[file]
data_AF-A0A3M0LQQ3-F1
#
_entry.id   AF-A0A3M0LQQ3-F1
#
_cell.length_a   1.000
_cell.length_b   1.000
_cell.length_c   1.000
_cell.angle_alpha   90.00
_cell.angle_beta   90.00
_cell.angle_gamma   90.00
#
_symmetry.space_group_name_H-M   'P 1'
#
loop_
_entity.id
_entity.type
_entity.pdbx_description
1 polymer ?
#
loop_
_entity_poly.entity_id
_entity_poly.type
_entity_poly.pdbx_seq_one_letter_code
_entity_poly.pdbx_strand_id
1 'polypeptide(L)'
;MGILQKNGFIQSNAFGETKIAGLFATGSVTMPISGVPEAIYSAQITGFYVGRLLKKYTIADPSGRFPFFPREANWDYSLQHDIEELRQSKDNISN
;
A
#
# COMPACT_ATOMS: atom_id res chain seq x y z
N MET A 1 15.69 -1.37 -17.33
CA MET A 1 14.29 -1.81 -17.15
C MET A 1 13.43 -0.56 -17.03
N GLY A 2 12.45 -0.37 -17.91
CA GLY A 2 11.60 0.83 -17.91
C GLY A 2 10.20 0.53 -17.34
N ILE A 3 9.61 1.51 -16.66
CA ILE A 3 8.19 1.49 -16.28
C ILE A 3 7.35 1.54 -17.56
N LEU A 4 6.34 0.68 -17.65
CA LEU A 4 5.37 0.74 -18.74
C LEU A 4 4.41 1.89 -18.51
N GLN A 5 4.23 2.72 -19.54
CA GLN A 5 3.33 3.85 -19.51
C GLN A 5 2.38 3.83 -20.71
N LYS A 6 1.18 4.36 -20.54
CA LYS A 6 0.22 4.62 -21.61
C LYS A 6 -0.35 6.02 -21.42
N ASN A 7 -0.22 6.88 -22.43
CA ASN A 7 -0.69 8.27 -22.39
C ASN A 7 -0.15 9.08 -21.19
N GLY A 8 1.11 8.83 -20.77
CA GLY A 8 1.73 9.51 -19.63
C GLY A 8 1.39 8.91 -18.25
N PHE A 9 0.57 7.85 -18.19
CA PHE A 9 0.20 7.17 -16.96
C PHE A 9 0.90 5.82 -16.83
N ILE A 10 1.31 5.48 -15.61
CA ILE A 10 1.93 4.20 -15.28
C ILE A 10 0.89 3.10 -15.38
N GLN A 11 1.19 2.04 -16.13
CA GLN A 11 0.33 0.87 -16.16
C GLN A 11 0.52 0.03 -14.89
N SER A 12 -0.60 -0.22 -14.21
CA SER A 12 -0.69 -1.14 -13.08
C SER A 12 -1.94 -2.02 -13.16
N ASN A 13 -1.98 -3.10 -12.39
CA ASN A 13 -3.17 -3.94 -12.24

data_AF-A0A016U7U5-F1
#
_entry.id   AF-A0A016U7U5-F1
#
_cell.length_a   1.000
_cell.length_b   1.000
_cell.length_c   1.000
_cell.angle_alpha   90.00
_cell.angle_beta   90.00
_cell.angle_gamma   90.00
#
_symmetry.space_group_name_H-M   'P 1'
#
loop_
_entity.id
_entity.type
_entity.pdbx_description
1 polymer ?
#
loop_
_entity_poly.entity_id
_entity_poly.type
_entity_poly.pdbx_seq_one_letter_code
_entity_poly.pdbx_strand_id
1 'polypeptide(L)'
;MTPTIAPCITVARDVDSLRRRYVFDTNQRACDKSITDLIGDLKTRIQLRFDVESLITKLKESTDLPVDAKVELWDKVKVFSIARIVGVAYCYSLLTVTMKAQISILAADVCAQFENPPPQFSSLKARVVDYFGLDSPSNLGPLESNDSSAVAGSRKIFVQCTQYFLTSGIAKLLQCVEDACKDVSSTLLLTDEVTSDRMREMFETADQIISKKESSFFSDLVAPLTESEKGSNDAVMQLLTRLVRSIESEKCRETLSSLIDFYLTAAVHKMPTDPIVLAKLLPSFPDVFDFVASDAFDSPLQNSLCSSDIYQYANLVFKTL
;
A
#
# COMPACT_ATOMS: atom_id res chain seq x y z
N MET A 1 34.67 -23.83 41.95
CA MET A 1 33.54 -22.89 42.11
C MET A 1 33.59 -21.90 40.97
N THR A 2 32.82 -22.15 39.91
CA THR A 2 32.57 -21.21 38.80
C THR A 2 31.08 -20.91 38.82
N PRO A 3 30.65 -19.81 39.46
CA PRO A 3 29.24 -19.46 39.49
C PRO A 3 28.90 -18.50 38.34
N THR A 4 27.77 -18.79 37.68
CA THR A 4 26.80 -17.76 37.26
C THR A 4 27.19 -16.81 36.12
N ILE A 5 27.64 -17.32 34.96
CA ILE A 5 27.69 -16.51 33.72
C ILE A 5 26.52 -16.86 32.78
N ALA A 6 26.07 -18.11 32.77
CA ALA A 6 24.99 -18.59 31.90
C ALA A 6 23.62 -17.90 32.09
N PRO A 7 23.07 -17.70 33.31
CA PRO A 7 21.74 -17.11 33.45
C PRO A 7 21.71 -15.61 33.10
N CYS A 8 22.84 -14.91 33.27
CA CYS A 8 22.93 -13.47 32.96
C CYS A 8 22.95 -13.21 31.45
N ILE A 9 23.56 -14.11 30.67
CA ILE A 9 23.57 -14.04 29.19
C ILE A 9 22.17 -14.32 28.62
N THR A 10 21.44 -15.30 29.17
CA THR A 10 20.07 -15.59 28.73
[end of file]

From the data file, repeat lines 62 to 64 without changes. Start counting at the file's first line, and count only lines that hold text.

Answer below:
CA GLN A 11 0.33 0.87 -16.16
C GLN A 11 0.52 0.03 -14.89
N SER A 12 -0.60 -0.22 -14.21